Just like her daddy, Reagan likes to be early. She was early to be born. Early to sleep through the night. Early to count to ten. And here she is six weeks before her second birthday clearly exhibiting the signs of the “terrible twos.” I want to be careful what I write in case she grows up and reads these words, but let me say that she has pushed her Mommy and Daddy really hard in the past week. My little obedient, smiling, affectionate, laughing ball of sunshine has turned into … something else entirely. Screaming “NO!” and hitting and pouting for no good reason–its all a little overwhelming.
So we made the rounds of the usual go-to mentors for parenting advice and received basically the same counsel. (1) Make sure there is no major medical problem, and (2) give quick and effective discipline for failure to obey. I know that sounds odd for some of you to hear about “discipline” and a 2 year old. Don’t worry about it.
The most interesting thing we heard from people who observe my parenting was that I should not give Reagan as many choices. Yeah. Choices. Instead of saying “wanna come sit with Mommy?” Say “Come sit with Mommy.” The reasoning is that my soon-to-be two-year old doesn’t need choices because she doesn’t know what she wants.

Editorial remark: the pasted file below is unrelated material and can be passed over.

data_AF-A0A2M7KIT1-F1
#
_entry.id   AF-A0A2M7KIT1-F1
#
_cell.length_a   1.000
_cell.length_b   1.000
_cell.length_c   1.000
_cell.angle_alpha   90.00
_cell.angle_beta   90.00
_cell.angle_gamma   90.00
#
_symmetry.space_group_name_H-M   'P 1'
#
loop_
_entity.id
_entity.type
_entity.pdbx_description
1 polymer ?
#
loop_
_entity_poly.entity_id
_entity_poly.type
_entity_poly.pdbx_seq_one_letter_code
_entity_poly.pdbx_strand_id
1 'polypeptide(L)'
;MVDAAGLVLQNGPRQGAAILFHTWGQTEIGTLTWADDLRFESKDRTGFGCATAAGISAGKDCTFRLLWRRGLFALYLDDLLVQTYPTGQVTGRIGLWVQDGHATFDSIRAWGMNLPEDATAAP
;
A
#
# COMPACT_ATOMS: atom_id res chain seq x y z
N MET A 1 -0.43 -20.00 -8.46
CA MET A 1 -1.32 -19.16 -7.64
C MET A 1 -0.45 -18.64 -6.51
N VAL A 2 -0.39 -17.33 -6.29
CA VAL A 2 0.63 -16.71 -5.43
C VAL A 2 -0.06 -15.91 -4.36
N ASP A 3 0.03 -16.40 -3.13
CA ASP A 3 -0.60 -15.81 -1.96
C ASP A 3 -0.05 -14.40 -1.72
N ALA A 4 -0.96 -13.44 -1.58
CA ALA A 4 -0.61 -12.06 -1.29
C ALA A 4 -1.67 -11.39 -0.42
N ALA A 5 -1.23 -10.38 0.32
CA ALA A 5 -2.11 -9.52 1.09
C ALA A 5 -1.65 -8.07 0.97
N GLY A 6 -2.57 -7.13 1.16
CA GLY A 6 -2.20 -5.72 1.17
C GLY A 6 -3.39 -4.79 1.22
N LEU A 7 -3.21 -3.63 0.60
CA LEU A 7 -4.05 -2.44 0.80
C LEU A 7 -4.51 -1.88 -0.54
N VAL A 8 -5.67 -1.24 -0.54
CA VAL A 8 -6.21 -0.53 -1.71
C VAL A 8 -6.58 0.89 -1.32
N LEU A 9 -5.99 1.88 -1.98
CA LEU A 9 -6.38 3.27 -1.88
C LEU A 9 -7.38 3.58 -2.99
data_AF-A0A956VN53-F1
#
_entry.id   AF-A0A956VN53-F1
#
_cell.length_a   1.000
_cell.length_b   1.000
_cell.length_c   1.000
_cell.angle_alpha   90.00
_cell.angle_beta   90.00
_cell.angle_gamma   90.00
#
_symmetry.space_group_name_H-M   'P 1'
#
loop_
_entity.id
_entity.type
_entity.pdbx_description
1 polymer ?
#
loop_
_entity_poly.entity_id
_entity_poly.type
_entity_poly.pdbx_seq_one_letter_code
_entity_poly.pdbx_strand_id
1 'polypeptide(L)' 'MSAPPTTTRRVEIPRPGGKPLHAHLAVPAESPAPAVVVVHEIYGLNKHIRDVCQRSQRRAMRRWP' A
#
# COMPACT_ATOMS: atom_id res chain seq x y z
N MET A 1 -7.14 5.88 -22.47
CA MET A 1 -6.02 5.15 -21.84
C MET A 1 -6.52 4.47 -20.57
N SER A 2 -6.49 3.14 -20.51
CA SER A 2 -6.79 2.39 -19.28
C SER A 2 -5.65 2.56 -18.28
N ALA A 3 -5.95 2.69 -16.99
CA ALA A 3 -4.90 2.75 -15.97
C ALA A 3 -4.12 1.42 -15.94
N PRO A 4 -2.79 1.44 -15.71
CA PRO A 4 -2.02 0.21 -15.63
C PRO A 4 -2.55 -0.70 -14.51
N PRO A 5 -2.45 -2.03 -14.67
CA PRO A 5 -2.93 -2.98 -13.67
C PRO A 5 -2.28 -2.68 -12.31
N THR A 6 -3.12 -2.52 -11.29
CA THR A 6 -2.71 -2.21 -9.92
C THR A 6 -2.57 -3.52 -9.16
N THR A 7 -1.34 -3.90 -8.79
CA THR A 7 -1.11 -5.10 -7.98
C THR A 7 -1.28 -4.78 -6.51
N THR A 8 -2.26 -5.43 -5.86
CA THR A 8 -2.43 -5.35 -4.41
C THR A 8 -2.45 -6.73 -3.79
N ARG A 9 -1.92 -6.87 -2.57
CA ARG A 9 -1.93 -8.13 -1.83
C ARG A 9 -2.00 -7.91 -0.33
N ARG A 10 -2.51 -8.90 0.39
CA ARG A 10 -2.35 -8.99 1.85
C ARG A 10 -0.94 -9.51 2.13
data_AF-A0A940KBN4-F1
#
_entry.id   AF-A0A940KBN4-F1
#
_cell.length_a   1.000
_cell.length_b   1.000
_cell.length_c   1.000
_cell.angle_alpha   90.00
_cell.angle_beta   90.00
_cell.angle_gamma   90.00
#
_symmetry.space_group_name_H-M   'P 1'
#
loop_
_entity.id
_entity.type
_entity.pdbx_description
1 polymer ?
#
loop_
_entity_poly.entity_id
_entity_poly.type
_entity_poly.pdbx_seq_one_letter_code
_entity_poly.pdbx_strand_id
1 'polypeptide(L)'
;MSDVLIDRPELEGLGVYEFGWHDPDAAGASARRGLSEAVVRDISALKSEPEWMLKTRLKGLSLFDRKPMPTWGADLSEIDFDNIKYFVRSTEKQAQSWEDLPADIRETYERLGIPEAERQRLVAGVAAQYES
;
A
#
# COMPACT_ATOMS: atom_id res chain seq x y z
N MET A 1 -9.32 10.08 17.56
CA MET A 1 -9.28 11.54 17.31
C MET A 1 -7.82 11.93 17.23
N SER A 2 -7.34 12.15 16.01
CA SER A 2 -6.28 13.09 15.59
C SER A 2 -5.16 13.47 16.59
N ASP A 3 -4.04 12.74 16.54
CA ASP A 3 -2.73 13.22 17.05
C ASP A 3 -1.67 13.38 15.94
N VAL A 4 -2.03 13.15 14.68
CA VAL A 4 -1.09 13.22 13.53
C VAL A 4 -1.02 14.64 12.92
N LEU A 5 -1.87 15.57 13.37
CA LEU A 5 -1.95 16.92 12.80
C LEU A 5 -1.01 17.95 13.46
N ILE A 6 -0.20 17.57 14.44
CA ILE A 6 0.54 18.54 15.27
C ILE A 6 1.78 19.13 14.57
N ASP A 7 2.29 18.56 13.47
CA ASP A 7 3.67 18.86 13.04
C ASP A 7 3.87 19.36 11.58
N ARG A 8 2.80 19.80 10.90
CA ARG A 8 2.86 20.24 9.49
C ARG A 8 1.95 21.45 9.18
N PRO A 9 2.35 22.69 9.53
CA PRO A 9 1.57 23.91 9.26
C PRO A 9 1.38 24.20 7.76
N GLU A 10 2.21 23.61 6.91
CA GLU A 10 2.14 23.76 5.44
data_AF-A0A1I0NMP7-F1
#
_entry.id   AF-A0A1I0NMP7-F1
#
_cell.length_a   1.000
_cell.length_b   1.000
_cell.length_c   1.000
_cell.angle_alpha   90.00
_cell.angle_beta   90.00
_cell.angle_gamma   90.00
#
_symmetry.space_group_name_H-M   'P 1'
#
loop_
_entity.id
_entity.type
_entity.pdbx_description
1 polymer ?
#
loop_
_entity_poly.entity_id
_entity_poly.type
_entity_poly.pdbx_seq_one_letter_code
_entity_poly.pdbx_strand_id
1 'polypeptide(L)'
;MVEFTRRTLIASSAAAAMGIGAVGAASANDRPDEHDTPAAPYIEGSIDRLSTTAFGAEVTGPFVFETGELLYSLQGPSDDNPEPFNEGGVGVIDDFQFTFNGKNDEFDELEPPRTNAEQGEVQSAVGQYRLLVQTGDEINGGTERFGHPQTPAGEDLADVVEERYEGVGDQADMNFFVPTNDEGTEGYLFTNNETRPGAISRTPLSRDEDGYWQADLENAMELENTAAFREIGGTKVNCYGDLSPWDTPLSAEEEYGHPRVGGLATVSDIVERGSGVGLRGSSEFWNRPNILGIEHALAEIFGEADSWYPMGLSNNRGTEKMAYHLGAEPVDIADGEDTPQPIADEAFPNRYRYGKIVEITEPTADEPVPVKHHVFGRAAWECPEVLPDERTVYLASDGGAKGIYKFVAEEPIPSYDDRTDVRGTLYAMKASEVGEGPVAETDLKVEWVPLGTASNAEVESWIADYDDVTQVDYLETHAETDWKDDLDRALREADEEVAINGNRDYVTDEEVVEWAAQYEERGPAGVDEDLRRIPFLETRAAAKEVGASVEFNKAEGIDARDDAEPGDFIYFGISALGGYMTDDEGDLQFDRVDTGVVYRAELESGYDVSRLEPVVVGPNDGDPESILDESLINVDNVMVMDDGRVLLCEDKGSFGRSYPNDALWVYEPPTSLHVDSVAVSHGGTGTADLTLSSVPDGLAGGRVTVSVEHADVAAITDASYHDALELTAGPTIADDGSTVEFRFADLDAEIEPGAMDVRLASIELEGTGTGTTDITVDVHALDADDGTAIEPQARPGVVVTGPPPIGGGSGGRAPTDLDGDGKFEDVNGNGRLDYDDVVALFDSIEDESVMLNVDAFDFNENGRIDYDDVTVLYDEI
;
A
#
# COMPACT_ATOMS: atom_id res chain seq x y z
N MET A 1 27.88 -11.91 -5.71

Furthermore, it sets a precedent that her opinion is the deciding factor. That should not and cannot be so for many years to come. What are we teaching kids? Do we expect them to make decisions until they are thirteen and then let us choose for them again? I think we all know how hopeless that would be. And the Bible says that we should train our children “in the way they should go.” I have never heard of training that involved choices. Whether it be horses in the ring or recruits in basic training, the word training almost implies “NO CHOICES.” Certainly, that is not to say I should avoid making my daughter happy or trying to please her on occasion. But to pretend that she is capable of knowing or making wise decisions is ridiculous and sets a course of conduct that is scary in its conclusion.
Anyway, I found these links to have some great information on Family Life.